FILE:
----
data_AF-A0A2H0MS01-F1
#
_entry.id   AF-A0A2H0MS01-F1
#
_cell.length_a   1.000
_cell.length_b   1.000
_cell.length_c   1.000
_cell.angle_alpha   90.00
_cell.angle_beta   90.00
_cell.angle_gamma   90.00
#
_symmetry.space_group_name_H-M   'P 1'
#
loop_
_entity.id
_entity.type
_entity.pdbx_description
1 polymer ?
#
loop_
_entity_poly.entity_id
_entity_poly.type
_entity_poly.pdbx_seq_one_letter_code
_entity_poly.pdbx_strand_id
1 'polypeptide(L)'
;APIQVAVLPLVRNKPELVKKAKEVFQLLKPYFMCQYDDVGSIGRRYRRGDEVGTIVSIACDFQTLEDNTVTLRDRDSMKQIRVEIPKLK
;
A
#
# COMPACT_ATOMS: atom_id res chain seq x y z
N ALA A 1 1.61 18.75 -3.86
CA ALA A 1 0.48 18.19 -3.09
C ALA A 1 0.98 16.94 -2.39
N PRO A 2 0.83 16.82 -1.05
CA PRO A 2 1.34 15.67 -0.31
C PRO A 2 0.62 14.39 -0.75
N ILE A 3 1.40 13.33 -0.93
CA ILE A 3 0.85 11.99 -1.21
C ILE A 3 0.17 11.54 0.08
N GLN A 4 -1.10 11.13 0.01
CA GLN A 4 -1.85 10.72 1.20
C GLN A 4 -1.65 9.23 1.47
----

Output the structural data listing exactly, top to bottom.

data_AF-A0A2H0MS01-F1
#
_entry.id   AF-A0A2H0MS01-F1
#
_cell.length_a   1.000
_cell.length_b   1.000
_cell.length_c   1.000
_cell.angle_alpha   90.00
_cell.angle_beta   90.00
_cell.angle_gamma   90.00
#
_symmetry.space_group_name_H-M   'P 1'
#
loop_
_entity.id
_entity.type
_entity.pdbx_description
1 polymer ?
#
loop_
_entity_poly.entity_id
_entity_poly.type
_entity_poly.pdbx_seq_one_letter_code
_entity_poly.pdbx_strand_id
1 'polypeptide(L)'
;APIQVAVLPLVRNKPELVKKAKEVFQLLKPYFMCQYDDVGSIGRRYRRGDEVGTIVSIACDFQTLEDNTVTLRDRDSMKQIRVEIPKLK
;
A
#
# COMPACT_ATOMS: atom_id res chain seq x y z
N ALA A 1 1.61 18.75 -3.86
CA ALA A 1 0.48 18.19 -3.09
C ALA A 1 0.98 16.94 -2.39
N PRO A 2 0.83 16.82 -1.05
CA PRO A 2 1.34 15.67 -0.31
C PRO A 2 0.62 14.39 -0.75
N ILE A 3 1.40 13.33 -0.93
CA ILE A 3 0.85 11.99 -1.21
C ILE A 3 0.17 11.54 0.08
N GLN A 4 -1.10 11.13 0.01
CA GLN A 4 -1.85 10.72 1.20
C GLN A 4 -1.65 9.23 1.47